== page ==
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Bile duct

A bile duct is any of a number of long tube-like structures that carry bile.

Bile, required for the digestion of food, is excreted by the liver into passages that carry bile toward the hepatic duct, which joins with the cystic duct (carrying bile to and from the gallbladder) to form the common bile duct, which opens into the intestine.

The top half of the common bile duct is associated with the liver, while the bottom half of the common bile duct is associated with the pancreas, through which it passes on its way to the intestine. It opens in the part of the intestine called the duodenum into a structure called the ampulla.

Blockage of the bile duct by a cancer or scarring from injury prevents the bile from being transported to the intestine and the bile accumulates in the blood. This condition is called jaundice and the skin and eyes becomes yellow from the accumulated bile in the blood. This condition also causes severe itchiness.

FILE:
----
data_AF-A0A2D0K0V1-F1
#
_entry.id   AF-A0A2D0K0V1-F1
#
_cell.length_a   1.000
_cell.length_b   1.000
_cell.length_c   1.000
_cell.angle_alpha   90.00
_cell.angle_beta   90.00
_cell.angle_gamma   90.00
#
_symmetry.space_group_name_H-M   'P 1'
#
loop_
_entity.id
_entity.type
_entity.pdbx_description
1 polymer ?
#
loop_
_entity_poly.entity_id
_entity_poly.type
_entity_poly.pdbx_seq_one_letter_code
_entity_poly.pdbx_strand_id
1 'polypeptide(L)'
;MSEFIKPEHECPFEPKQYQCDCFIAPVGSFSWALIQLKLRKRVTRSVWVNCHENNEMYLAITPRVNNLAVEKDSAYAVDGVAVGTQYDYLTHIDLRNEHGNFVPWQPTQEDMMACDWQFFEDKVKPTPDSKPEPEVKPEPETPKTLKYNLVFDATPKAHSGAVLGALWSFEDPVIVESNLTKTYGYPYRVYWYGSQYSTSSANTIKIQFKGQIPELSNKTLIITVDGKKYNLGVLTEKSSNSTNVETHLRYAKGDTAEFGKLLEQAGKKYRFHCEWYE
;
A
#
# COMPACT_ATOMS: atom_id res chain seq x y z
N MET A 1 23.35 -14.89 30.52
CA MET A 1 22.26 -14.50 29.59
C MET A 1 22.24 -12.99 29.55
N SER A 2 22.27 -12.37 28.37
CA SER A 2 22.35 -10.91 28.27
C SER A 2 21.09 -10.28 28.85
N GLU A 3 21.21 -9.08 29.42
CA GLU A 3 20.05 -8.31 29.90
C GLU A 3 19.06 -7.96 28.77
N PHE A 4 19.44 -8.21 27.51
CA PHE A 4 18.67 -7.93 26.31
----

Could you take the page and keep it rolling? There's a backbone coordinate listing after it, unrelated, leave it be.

Jaundice is commonly causes by conditions such as pancreatic cancer caused by blockage of the bile duct passing through the cancerous portion of the pancreas, bile duct cancer, blockage by a stone in patients with gallstones and from scarring after injury to the bile duct during gallbladder removal.